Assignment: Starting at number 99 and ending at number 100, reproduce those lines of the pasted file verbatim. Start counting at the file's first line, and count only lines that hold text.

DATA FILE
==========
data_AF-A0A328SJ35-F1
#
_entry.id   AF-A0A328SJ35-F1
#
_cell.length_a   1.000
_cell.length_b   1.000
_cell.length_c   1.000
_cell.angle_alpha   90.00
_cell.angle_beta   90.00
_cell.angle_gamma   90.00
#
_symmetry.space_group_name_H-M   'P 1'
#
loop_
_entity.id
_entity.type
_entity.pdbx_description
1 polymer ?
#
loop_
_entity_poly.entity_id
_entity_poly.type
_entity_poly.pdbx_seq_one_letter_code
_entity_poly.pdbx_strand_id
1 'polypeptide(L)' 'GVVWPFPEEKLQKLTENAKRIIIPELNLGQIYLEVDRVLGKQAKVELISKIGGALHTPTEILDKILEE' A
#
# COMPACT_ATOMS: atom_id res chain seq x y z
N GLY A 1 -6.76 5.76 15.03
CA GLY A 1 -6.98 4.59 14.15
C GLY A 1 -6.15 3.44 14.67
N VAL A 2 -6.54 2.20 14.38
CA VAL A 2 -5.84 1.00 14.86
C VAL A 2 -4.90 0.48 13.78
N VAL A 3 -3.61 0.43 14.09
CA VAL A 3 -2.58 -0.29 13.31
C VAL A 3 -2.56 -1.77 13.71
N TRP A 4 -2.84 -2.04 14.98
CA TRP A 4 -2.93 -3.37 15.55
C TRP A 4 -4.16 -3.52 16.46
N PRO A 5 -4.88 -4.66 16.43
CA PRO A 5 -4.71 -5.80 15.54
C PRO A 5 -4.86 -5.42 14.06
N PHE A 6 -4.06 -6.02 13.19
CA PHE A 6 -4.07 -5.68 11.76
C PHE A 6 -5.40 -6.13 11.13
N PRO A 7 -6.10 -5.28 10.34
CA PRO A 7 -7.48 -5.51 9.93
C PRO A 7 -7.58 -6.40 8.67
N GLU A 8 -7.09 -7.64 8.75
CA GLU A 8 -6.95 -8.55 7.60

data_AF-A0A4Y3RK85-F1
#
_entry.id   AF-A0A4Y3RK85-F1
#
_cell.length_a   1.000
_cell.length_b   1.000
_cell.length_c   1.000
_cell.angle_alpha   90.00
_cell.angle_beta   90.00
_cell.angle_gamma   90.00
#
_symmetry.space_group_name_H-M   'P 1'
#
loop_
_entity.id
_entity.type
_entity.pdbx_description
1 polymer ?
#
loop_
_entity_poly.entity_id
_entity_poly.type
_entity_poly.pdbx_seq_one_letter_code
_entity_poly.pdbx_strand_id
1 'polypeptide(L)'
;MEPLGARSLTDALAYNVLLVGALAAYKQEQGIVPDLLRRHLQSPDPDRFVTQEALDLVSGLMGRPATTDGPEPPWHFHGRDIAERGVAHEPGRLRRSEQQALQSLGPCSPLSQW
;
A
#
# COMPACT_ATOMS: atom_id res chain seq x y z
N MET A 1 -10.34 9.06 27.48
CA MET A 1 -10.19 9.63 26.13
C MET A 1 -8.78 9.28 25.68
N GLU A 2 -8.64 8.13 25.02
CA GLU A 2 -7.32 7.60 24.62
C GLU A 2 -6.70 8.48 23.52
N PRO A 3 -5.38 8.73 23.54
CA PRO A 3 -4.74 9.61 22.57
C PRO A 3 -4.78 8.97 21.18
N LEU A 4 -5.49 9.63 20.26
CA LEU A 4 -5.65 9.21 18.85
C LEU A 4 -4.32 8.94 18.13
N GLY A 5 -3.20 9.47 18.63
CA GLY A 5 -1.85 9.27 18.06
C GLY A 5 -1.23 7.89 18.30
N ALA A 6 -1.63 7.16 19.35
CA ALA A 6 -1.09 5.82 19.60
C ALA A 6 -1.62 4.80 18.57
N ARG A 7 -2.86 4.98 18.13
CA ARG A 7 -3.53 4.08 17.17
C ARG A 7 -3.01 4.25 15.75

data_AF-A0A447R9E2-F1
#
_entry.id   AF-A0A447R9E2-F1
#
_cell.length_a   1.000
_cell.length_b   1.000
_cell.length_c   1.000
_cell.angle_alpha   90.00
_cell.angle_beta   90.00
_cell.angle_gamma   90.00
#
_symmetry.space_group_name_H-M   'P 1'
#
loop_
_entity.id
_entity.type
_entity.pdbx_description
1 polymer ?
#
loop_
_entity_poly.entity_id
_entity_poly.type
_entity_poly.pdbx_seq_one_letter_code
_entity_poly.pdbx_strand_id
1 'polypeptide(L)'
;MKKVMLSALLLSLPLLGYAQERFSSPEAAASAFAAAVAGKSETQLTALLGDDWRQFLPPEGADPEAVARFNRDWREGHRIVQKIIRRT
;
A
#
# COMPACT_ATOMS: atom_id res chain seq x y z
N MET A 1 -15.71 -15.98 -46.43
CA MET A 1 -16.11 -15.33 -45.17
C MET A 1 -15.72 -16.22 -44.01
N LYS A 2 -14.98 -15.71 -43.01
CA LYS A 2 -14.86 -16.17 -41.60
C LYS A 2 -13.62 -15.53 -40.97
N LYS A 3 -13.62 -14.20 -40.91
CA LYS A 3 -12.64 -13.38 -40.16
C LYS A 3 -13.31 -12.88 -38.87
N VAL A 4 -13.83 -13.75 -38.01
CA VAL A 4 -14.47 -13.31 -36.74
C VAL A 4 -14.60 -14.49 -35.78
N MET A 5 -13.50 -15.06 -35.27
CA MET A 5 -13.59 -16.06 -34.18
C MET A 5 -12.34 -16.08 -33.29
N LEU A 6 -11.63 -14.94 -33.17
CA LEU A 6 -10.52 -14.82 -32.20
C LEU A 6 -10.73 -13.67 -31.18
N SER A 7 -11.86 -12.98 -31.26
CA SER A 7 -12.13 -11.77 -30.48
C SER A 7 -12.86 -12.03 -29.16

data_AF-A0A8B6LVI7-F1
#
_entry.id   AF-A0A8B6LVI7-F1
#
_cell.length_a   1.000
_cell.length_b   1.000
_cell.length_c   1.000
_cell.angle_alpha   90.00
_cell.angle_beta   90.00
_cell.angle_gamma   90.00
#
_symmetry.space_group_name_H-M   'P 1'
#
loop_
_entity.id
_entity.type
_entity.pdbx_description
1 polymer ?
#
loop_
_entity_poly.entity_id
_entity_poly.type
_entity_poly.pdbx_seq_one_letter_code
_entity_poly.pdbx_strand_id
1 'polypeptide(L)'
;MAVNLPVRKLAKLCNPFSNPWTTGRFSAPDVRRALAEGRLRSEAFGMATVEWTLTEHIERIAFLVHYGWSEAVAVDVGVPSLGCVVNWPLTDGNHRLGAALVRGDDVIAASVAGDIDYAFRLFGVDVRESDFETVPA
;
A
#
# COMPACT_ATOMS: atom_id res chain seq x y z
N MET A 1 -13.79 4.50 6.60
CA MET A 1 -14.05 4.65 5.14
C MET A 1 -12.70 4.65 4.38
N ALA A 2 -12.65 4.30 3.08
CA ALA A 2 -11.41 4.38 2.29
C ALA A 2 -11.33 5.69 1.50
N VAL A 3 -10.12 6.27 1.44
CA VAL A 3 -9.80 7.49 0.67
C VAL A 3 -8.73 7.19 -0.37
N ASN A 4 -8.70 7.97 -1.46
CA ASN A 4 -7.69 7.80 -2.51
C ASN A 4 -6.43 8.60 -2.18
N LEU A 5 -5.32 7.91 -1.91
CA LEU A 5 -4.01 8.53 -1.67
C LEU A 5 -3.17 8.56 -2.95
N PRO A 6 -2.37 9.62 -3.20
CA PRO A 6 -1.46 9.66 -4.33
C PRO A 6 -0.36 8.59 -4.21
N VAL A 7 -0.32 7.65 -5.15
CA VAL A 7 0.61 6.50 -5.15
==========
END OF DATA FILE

N ARG A 7 -2.86 4.98 18.13
CA ARG A 7 -3.53 4.08 17.17